For a generation she wrote prodigiously and lectured to audiences in dozens of countries, in every continent. She left behind a remarkable legacy that few can match. She was highly regarded by colleagues and students in Europe, North America, Japan and elsewhere, many of them occupying prominent positions in national and international professional and public life. Her impact is hard to overestimate.
Strange's most enduring achievement was to institutionalise teaching and research into IPE in Britain. Many British universities that now boast flourishing graduate programmes in IPE have her to thank for establishing the first IPE graduate programme at the London School of Economics in 1984, against some robust opposition, it might be added. Ironically, the ability of the programme to attract high-fee-paying and high-quality foreign students silenced intellectual scepticism. In 1978 she was appointed Montague Burton Professor of International Relations at LSE.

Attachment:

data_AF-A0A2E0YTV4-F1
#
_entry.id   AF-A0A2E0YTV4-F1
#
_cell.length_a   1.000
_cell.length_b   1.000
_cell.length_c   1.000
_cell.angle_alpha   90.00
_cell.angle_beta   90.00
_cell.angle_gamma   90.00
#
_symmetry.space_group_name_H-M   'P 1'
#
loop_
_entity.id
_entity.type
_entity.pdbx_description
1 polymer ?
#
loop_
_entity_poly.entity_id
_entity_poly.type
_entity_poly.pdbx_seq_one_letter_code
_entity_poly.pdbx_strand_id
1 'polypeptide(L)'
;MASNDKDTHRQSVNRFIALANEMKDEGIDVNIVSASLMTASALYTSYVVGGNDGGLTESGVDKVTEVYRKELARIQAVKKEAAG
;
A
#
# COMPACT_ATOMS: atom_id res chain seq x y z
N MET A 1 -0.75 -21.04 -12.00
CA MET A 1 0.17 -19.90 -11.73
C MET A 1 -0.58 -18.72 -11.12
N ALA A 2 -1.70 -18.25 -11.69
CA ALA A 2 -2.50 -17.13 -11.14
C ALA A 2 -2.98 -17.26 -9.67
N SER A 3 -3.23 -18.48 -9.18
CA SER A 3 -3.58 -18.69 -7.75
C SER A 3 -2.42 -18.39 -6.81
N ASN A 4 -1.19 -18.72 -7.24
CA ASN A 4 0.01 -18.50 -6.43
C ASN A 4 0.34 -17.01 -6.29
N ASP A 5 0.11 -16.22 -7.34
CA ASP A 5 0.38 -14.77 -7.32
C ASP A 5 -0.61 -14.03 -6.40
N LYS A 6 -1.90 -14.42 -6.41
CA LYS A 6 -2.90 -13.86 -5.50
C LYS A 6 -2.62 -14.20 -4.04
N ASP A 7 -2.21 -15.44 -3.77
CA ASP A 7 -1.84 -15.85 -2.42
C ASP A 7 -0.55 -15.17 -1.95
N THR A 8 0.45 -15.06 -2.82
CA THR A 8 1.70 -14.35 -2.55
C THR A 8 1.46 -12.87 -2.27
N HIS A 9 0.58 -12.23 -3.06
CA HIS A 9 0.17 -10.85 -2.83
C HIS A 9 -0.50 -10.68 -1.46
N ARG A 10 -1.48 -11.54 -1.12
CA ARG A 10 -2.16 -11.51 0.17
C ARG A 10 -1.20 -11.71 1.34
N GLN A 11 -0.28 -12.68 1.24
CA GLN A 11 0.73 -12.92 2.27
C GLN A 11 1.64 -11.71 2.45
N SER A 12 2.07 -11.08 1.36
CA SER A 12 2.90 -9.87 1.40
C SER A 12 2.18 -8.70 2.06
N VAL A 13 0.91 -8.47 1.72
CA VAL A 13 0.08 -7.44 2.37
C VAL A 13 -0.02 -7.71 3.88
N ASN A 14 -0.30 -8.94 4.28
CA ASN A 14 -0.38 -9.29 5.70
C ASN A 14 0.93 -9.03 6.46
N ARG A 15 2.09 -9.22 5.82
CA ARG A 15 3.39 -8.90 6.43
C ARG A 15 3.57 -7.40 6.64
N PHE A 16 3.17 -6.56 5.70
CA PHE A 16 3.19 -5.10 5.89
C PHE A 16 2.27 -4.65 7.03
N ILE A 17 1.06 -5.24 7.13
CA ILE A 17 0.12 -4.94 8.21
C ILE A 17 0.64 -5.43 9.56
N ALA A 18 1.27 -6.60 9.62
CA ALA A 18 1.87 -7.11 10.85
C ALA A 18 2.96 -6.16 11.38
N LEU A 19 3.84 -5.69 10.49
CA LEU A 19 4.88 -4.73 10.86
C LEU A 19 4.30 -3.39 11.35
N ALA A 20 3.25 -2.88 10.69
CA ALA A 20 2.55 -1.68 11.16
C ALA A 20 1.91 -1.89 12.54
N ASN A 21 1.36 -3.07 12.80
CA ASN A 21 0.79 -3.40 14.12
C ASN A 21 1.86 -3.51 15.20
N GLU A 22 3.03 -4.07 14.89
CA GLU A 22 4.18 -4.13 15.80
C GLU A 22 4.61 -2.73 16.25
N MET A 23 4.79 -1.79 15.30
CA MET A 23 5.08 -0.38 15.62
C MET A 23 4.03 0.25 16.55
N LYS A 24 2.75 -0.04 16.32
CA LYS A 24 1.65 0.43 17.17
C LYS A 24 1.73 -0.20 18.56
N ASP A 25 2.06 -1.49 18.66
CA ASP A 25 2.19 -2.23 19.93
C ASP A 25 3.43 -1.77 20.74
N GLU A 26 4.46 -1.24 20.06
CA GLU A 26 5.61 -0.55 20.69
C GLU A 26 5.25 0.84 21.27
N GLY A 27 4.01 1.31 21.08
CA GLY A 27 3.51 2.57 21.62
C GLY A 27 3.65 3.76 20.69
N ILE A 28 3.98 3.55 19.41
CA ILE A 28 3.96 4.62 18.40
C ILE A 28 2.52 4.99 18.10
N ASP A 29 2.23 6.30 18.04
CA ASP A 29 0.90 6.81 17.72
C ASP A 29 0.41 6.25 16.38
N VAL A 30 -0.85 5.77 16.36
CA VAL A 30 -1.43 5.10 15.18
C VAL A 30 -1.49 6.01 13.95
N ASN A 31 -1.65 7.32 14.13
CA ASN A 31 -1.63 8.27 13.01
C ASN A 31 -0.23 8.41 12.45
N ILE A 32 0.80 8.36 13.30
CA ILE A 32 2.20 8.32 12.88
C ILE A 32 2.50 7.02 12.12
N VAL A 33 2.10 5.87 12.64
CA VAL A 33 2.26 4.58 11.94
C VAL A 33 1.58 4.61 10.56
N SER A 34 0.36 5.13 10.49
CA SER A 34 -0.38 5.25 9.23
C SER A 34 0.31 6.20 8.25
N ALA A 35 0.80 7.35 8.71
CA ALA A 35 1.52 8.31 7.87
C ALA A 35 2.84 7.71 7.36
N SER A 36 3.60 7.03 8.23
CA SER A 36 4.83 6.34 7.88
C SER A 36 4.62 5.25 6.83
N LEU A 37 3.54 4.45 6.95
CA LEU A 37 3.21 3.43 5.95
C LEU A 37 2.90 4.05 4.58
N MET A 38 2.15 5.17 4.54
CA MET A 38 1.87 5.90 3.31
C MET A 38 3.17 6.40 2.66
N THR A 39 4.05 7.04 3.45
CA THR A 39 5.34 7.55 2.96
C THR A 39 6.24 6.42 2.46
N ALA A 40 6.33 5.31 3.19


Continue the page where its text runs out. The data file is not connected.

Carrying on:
She was also involved in the creation of several other graduate programmes, including one in Warwick University, and a generation of her former students holds teaching positions in all of them. Strange was one of the select few who enjoyed instant name recognition and easily filled large auditoriums. At the beginning of term her books are to be seen piled high in bookshops.
Susan Strange was born in 1923 and graduated with a First in Economics from LSE during the Second World War. She began a career in journalism, first at The Economist and then for The Observer, as the youngest White House correspondent of her time.
On her return to London in 1949, she also began to teach at University College, while she continued as The Observer's economics correspondent and an editorial writer. In 1965 she became a research fellow at the Royal Institute of International Affairs at Chatham House and subsequently directed its acclaimed transnational relations project. While at Chatham House she wrote Sterling and British Policy (1971), one of a number of significant projects during Andrew Shonfield's directorship of the institute.